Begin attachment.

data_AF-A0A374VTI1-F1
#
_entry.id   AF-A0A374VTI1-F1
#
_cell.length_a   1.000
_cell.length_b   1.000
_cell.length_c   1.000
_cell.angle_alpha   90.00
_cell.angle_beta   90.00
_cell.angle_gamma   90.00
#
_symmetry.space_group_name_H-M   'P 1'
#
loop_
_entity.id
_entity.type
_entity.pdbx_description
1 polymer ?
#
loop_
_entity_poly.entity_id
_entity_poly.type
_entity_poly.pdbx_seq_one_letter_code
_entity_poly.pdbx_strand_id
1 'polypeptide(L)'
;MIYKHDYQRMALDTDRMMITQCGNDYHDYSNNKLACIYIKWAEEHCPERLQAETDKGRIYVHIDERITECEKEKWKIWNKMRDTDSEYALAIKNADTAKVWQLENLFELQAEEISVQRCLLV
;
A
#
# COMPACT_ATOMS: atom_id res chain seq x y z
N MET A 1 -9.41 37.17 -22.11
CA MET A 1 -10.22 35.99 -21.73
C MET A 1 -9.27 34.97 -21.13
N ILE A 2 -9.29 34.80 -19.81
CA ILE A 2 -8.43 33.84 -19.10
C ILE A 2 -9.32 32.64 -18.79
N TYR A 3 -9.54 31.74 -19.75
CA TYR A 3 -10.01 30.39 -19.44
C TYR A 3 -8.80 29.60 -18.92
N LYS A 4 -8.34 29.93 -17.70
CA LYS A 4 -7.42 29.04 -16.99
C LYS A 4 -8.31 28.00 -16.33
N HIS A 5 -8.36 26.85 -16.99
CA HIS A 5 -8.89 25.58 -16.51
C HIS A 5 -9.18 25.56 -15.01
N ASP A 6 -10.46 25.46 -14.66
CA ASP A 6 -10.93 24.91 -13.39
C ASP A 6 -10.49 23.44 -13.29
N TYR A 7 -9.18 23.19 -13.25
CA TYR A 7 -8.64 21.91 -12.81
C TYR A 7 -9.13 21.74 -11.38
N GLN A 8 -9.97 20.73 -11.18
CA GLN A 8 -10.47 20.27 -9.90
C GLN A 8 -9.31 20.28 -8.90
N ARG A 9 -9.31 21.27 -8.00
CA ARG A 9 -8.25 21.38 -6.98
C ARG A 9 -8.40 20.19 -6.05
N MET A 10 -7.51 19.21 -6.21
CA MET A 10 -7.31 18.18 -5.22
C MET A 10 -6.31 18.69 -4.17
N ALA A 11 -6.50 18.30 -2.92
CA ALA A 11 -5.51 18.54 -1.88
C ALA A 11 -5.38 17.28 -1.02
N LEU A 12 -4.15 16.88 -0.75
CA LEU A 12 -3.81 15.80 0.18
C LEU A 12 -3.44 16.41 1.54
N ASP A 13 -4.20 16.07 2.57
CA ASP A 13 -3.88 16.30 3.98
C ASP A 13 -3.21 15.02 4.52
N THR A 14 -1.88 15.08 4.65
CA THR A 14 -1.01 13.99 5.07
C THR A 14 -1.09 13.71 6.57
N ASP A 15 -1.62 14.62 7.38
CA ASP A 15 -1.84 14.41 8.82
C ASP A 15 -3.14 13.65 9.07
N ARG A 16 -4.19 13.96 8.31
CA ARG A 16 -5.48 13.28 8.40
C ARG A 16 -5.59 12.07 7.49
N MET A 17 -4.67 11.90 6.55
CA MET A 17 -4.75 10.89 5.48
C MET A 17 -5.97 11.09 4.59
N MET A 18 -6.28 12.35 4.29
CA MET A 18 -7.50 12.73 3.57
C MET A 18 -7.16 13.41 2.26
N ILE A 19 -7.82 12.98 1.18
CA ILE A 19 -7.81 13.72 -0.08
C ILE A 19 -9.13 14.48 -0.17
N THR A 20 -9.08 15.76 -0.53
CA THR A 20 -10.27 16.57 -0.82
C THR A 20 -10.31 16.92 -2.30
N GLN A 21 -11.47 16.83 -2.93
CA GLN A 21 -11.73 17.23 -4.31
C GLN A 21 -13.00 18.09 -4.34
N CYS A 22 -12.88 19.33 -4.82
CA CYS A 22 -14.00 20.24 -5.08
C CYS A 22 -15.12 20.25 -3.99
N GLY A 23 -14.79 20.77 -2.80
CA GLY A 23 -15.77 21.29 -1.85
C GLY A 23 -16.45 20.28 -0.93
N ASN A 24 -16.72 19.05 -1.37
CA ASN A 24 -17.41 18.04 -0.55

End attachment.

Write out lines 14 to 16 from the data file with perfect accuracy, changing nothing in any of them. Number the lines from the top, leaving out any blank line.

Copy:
loop_
_entity.id
_entity.type